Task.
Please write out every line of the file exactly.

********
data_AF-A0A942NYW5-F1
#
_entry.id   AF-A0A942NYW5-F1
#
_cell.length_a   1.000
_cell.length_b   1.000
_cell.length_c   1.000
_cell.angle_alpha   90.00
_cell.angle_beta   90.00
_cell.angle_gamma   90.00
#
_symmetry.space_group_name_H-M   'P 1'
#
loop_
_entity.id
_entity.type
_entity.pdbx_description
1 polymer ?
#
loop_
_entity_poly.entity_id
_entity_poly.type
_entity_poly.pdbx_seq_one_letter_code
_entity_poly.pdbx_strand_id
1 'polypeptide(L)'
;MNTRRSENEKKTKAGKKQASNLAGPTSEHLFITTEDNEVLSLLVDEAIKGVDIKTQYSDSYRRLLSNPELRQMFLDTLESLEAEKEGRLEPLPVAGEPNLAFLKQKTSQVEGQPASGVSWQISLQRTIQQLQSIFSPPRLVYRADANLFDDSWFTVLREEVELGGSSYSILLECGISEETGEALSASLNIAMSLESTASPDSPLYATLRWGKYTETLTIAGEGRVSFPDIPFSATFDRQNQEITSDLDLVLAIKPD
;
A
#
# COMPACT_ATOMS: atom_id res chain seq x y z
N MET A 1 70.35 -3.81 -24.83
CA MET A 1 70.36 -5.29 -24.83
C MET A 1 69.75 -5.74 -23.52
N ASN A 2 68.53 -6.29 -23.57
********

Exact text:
data_AF-A0A942NYW5-F1
#
_entry.id   AF-A0A942NYW5-F1
#
_cell.length_a   1.000
_cell.length_b   1.000
_cell.length_c   1.000
_cell.angle_alpha   90.00
_cell.angle_beta   90.00
_cell.angle_gamma   90.00
#
_symmetry.space_group_name_H-M   'P 1'
#
loop_
_entity.id
_entity.type
_entity.pdbx_description
1 polymer ?
#
loop_
_entity_poly.entity_id
_entity_poly.type
_entity_poly.pdbx_seq_one_letter_code
_entity_poly.pdbx_strand_id
1 'polypeptide(L)'
;MNTRRSENEKKTKAGKKQASNLAGPTSEHLFITTEDNEVLSLLVDEAIKGVDIKTQYSDSYRRLLSNPELRQMFLDTLESLEAEKEGRLEPLPVAGEPNLAFLKQKTSQVEGQPASGVSWQISLQRTIQQLQSIFSPPRLVYRADANLFDDSWFTVLREEVELGGSSYSILLECGISEETGEALSASLNIAMSLESTASPDSPLYATLRWGKYTETLTIAGEGRVSFPDIPFSATFDRQNQEITSDLDLVLAIKPD
;
A
#
# COMPACT_ATOMS: atom_id res chain seq x y z
N MET A 1 70.35 -3.81 -24.83
CA MET A 1 70.36 -5.29 -24.83
C MET A 1 69.75 -5.74 -23.52
N ASN A 2 68.53 -6.29 -23.57